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4 Answers

IFR flight in VMC by a non-instrument pilot

Asked by: 10059 views FAA Regulations

Can a non instrument rated pilot file an IFR flight plan in VMC?  Situation:  Flying through dense airspace in an aircraft equipted for instrument flight, might it not be safer to file and fly as though in IMC even though the actual conditions are VMC?  And by a non instrument rated pilot?

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4 Answers

  1. Kent Shook on Nov 30, 2010

    Simple answer: No.
    FAR 61.3(e) states:
    <blockquote>(e) Instrument rating. No person may act as pilot in command of a civil aircraft under IFR or in weather conditions less than the minimums prescribed for VFR flight unless that person holds:

    (1) The appropriate aircraft category, class, type (if required), and instrument rating on that person’s pilot certificate for any airplane, helicopter, or powered-lift being flown;</blockquote>
    Also, in dense, busy airspace it’s generally easier to fly VFR. If you’re IFR, they may vector you all over creation to keep you out of the way. If you’re VFR, both you and ATC have more options.
    One hint: It’s much more important to sound good on the radio than it is to fly IFR. If you make an initial call that sounds like “uh, Big City Approach, um, this is Bugsmasher 1234A, can we, uh, get a clearance, uh, over to, um, Podunk Field?” they’re likely to tell you to remain clear of the Bravo, if they even answer you at all.
    On the other hand, if you call up and say “Big City Approach, Bugsmasher 1234A over Suburban Municipal at 3,500, request Bravo clearance to Podunk Field” you’re likely to hear “Bugsmasher 34A, Big City Approach, Squawk 4321” and then “Bugsmasher 34A, radar contact, fly heading 270, cleared into class Bravo at 3,500 feet.” Most ATC facilities provide excellent service and will happily let you into their airspace *IF* you sound like you won’t be using up their valuable frequency time.

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  2. Koehn on Nov 30, 2010

    I agree with Kent’s answer about being vectored all over the place in busy airspace. Also, remember that if you are flying IFR in VMC you are constrained to the IFR tolerances for altitude etc., and you’re still required to maintain visual separation from VFR aircraft.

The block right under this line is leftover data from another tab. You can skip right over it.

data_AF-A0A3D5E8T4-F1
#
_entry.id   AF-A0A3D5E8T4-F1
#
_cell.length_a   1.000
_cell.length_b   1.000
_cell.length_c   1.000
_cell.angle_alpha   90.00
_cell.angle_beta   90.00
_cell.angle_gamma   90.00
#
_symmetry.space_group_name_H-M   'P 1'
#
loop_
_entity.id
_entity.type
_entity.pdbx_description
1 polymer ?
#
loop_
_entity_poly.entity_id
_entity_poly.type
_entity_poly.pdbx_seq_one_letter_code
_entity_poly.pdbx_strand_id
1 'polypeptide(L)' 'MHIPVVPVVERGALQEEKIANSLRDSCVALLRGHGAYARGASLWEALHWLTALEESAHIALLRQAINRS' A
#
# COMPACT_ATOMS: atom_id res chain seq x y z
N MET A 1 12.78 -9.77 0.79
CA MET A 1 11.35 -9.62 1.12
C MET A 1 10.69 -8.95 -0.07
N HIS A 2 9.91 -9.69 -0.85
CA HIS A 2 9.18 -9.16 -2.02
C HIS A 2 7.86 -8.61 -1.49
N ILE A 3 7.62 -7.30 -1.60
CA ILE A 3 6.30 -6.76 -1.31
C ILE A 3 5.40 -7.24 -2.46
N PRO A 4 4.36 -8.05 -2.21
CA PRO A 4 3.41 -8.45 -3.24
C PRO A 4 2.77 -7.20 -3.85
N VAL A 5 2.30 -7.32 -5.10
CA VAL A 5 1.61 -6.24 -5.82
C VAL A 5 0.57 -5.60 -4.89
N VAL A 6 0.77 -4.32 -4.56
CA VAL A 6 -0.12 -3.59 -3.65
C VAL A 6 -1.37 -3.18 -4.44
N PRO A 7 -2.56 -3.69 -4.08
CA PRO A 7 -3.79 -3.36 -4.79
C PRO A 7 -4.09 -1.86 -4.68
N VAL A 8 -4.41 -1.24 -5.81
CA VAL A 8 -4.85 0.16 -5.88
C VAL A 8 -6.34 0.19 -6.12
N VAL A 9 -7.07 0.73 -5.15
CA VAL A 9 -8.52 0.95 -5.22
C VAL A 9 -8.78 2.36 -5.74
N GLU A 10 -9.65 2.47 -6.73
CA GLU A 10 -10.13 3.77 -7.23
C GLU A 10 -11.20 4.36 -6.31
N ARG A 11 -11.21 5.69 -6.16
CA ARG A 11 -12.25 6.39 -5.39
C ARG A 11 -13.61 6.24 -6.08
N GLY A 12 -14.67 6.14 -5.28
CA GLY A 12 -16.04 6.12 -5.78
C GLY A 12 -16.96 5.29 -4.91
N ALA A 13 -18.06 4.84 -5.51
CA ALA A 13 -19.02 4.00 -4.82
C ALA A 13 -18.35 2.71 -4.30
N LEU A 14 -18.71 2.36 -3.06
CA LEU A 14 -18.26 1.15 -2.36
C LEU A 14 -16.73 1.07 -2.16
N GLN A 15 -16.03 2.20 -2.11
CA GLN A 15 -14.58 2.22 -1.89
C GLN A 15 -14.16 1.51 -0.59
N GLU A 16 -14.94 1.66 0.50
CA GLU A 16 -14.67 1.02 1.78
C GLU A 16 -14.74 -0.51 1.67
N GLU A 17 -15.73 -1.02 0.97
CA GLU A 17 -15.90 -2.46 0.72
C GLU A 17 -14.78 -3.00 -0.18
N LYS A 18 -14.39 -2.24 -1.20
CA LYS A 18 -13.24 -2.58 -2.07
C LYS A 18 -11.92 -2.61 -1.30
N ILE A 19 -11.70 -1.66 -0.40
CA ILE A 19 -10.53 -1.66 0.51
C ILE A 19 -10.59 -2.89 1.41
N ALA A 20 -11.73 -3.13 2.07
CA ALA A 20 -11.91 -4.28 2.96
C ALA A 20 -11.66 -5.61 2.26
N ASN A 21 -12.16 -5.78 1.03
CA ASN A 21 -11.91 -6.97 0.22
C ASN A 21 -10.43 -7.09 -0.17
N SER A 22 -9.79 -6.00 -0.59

You’re probably better served by flying with VFR separation services (i.e., flight following) if they’re available.

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  3. Matthew Waugh on Dec 02, 2010

    Actually the answer to your questions are:
    1. Yes
    2. No
    3. Whats the question?
    You asked if you can file the flight plan – and you can – you just can’t accept a clearance – a subtle and fairly pointless distinction.
    IFR in VMC you’re separated from other IFR traffic, but you’re not separated from VFR traffic, and hitting a VFR aircraft hurts just as much no matter what kind of flight plan you’re on.

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  4. Jonathan Yo on May 31, 2013

    Where is it written that an aircraft on an ifr flight plain with radar contact is still responsible to not hit vfr aircraft? I have spent hours online searching for this. ATC here always says something about looking out for such and such aircraft near me when i’m ifr. I thought the whole idea of being on an ifr flight plain meant that you were expecting obstacle clearance 100% of the time while under positive radar contact.

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